The Youth Service Capacity-Building Grants (YSCG) program supports activities to strengthen the organizational infrastructure of small nonprofit organizations in the five boroughs of New York City that provide direct services to young people ages 5 to 25.
The YSCG program is aligned with the Foundation’s broader focus on reducing inequality in youth outcomes. Inequality in New York City is multifaceted, reflected in racial and economic segregation across boroughs and neighborhoods, in inadequate services for Mexican-descent youth and LGBTQ youth, and in a lack of racial, ethnic, gender identity, and sexual-orientation diversity among executive directors and CEOs of youth-serving organizations. We seek to build the capacity of youth-serving nonprofit organizations that confront these challenges.
The long-term goal of the YSCG program is to help build stronger, more stable youth-serving organizations that tackle inequality in youth outcomes. These grants provide general operating support so that small nonprofits (operating budgets between $250,000 and $1 million) can determine the best way to address capacity-building needs that have been identified through a formal or informal assessment. Capacity-building needs may include: financial management, board recruitment and development, human resource management, staff training, fundraising, strategic planning, information technology, leadership development, communications, and evaluation systems. We welcome other compelling needs beyond this list. Strong proposals will make the case that addressing the capacity-building need will result in a strengthened organization that can yield stronger services for youth.
Eligible youth-serving, nonprofit organizations must meet at least one of the following criteria related to the Foundation’s focus on reducing inequality in youth outcomes:
- Currently provide direct youth services in one of the eleven community districts identified as having the highest community risk to child well-being by the Citizen’s Committee for Children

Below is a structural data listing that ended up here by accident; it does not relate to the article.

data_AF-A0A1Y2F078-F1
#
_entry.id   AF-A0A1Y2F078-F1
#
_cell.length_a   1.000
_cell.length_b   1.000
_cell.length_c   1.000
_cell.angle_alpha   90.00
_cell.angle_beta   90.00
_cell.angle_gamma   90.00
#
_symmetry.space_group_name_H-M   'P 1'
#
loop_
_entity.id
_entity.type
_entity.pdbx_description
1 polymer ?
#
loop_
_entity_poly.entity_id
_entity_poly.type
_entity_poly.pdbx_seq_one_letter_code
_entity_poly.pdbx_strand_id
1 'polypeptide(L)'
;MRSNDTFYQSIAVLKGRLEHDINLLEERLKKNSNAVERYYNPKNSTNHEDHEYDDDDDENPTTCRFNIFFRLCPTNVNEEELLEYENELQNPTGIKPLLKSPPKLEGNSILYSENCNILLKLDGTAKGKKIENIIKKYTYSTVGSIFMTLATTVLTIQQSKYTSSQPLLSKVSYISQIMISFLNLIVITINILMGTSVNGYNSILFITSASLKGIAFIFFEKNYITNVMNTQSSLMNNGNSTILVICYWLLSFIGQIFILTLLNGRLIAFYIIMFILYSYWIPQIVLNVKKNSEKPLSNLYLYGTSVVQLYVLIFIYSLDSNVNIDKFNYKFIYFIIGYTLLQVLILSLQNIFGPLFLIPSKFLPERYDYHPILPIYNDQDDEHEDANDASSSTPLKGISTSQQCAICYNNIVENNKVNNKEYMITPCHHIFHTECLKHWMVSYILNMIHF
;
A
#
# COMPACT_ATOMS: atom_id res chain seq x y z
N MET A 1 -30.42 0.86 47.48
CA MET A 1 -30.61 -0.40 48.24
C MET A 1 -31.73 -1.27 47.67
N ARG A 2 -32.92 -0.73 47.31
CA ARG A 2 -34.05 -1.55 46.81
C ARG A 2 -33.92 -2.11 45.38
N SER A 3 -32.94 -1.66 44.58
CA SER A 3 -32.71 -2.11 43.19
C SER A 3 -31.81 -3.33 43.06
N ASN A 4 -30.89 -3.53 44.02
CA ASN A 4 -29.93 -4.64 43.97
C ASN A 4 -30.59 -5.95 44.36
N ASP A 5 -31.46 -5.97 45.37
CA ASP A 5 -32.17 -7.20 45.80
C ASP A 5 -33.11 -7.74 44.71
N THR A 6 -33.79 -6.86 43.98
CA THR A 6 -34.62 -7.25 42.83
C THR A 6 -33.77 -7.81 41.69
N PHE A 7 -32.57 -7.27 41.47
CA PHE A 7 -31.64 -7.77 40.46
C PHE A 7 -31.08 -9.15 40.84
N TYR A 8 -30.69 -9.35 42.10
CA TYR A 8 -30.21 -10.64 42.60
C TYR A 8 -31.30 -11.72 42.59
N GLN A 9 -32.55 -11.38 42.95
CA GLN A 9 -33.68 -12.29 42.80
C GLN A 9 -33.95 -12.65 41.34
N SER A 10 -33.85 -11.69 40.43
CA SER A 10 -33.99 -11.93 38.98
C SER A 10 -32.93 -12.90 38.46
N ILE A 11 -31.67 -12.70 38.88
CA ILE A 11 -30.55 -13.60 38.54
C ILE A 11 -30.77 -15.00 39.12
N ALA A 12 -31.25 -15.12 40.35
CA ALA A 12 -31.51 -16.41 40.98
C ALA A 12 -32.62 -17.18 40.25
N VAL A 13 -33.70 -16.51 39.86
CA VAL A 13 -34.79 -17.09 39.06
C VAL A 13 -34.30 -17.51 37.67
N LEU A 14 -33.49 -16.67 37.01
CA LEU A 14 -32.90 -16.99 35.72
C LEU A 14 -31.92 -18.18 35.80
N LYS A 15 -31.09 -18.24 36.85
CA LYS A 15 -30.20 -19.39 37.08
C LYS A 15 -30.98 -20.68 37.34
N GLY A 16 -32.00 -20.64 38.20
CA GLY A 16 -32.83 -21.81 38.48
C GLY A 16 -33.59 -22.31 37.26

- Have well-defined existing programming tailored specifically to Mexican-descent or LGBTQ youth
- Have leaders (Executive Director or CEO) who are people of color and/or members of the LGBTQ community.
Awards are $60,000 each and provide general operating support to allow grantees the flexibility to allocate the funds for organizational capacity-building needs over a 3-year term that begins in March of the year following the application deadline.
The award provides $30,000 in the first year to get the work off the ground, $20,000 in the second year, and $10,000 in the third year. In the third year, the grantee is required to obtain new matching funding of $10,000.
The Foundation will award three new Youth Service Capacity-Building Grants annually.
In addition to grant support, grantees will participate in technical assistance activities designed to help them meet their organizational capacity-building goals. We have partnered with Community Resource Exchange to provide one-on-one support as well as learning community meetings over the three-year term of the grant. One-on-one support will allow each grantee to receive customized assistance that will help them achieve their capacity-building goal(s). The learning community meetings will focus on peer-based learning and coaching, allowing grantees to discuss challenges, seek advice from peers and colleagues, and collaborate across projects in a supportive space.
Reducing Inequality Criteria
- Provide youth services in one of the eleven community districts identified as having the highest community risk to child well-being by the Citizens’ Committee for Children:
CD 1 – Mott Haven
CD 2 – Hunts Point
CD 3 – Morrisania
CD 4 – Concourse/Highbridge
CD 5 – University Heights
CD 6 – East Tremont
CD 7 – Bedford Park
CD 9 – Union Port/Soundview
CD 12- Williamsbridge
CD 5 – East New York
CD 16 – Brownsville
Organizational offices do not need to be based in one of these community districts, but the service targeted for improvement must currently operate in one of the districts. Organizations can identify the community districts in which they serve youth on the New York City Department of City Planning’s Community District Profiles webpage.
- Have well-defined programming tailored specifically to Mexican-descent youth